So I found myself back there, 6 months later with some joke breath-spray, a Canadian flag, and 500 rupees ($10 CAD) wrapped up in a plastic bag so the other kids wouldn’t see his gift and try to take it from him. The anxiety from the plane ride had abated because I realized the cause. I am afraid of big changes because generally my life is pretty good, and although I don’t have much to lose I know that things can stop going my way and get a lot worse. This new stage of my life had a lot of potential to go wrong regardless of how much I wanted it to go right, and I am scared of the unknown whether or not it’s failure or success that takes me there.

I made a special hour and a half trip to Colaba from my hostel in Andheri near the airport in order to track down Rahul and give him his gift. I had a night out planned with my old troublemaker friends in the area as well, but I came early in the afternoon to find my chocolate boy. I know that the gift would probably be a little underwhelming for your average kid, but I know from experience that a lot of Indians are cautious of getting close with foreigners because they come to India, say they’re coming back, and disappear. It is the same reason why I used to never go out of my way for a tourist besides giving directions. But when someone goes out into the unknown and invites a stranger in transit to be their friend, it really makes a huge difference to their trip. My best memories from travelling are all because of my experiences with locals, and my top activity for every country is to have a home-cooked meal at someone’s house.

Tree-lined street, Colaba. Mumbai, Maharashtra, India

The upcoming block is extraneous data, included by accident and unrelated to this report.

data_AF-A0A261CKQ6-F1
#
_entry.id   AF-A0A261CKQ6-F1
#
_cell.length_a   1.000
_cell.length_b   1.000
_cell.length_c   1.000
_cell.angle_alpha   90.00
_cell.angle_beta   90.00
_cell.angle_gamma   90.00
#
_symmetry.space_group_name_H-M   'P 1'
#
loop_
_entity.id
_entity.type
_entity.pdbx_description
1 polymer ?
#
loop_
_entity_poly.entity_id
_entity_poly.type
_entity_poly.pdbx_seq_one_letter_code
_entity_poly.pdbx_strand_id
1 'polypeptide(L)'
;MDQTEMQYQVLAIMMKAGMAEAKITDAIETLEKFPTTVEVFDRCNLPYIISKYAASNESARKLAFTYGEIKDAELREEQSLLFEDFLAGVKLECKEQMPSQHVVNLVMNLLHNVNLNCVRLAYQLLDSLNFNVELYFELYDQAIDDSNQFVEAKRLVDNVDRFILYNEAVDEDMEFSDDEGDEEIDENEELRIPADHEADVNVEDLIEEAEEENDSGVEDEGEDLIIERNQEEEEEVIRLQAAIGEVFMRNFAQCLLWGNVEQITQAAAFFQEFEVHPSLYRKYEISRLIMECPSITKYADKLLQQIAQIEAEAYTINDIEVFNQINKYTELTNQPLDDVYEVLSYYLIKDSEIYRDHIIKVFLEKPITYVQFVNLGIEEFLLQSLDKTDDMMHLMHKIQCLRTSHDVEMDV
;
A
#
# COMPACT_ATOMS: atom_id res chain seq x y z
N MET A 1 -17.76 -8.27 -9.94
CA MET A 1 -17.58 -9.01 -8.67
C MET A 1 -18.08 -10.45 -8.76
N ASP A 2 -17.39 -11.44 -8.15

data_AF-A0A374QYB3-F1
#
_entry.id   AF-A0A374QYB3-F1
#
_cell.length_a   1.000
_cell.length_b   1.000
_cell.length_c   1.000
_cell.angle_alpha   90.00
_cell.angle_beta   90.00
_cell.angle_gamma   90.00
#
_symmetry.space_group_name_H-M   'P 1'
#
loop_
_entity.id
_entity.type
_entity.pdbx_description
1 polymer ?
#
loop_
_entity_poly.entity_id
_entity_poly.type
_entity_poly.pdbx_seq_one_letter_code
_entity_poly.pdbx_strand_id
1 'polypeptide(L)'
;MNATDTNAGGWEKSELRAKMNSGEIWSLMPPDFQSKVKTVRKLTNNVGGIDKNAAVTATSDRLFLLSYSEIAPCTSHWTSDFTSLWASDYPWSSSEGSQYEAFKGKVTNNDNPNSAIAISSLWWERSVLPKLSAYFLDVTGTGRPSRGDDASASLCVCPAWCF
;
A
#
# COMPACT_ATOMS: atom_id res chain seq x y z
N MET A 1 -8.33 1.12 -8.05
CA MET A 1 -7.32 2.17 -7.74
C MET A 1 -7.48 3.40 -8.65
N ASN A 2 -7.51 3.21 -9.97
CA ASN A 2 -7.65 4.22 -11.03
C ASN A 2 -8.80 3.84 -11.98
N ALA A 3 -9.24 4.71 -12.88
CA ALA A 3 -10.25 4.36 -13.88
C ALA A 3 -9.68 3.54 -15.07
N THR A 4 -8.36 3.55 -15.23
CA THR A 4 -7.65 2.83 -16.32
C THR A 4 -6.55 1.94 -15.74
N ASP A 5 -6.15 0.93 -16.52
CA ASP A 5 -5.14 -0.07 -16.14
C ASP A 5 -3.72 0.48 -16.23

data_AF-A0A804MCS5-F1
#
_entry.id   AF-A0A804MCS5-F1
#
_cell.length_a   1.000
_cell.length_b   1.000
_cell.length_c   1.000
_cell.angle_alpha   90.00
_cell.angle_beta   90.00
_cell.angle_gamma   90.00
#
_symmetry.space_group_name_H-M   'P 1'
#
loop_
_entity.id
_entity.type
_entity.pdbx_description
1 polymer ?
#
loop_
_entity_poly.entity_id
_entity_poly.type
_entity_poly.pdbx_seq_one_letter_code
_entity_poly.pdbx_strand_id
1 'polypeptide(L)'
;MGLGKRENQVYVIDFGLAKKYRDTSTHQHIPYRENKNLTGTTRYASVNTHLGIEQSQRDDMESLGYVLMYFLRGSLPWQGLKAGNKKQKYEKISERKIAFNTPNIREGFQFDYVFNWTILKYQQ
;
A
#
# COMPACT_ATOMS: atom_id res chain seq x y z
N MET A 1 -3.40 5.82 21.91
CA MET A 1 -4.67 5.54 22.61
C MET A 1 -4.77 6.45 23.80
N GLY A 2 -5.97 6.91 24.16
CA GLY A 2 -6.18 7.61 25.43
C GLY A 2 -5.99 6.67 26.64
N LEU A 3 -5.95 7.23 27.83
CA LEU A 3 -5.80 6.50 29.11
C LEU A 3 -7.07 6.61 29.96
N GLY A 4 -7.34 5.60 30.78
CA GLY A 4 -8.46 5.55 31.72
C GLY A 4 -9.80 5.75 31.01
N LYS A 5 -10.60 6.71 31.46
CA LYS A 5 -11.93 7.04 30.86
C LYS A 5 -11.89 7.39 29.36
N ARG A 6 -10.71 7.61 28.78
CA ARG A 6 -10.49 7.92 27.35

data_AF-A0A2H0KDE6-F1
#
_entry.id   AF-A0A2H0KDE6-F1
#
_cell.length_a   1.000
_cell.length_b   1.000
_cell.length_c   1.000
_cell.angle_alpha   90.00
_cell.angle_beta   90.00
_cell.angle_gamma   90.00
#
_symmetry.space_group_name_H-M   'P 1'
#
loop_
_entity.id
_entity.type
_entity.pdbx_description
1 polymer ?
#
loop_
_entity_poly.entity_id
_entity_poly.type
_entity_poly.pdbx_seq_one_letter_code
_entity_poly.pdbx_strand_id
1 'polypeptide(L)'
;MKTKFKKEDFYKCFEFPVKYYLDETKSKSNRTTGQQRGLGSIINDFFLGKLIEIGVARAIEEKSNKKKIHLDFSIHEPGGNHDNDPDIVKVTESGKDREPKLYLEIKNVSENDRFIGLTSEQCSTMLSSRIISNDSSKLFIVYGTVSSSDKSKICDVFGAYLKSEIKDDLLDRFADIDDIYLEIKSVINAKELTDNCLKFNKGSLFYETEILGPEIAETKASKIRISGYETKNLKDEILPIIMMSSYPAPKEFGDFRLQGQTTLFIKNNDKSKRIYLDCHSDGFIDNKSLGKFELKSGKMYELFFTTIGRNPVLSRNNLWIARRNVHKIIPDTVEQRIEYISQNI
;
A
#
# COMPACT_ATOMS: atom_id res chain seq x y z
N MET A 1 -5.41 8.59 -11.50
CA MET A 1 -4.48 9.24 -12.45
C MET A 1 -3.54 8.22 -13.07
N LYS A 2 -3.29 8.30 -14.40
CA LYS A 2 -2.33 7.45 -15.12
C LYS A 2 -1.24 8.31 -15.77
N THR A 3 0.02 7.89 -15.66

Again, it is fear of the unknown that we avoid making new connections. The fear of losing time we invest into a new friendship, or the money we spend on their drinks at the bar, or the energy we put into making them happy. Nobody wants to be taken advantage of, so it meant a lot to me when my friends in India took the risk and gave me their time and friendship, and I know part of the gift was the mere fact that I came back.

I walked through Colaba… the usual streets I would find Rahul and couldn’t find him. Very conscious of how much I looked like a lost tourist, I tried not to wander around in circles too much (again trying to avoid confrontation and potentially meeting new people). As I walked through a back road fairly close to the slum, I passed a large group of young boys with a cricket bat. I peered closely at the shorter ones and saw one I thought looked like Rahul. One of the older boys spotted me, and asked if I wanted to join the game. Surprised at the invite, I looked up and saw they were all watching me. I said no, only because I was tired and it was very hot but I appreciated the invite. I asked if they knew a boy called Rahul who hung out in the area. I gestured his height by placing my hand, palm down at my belly button.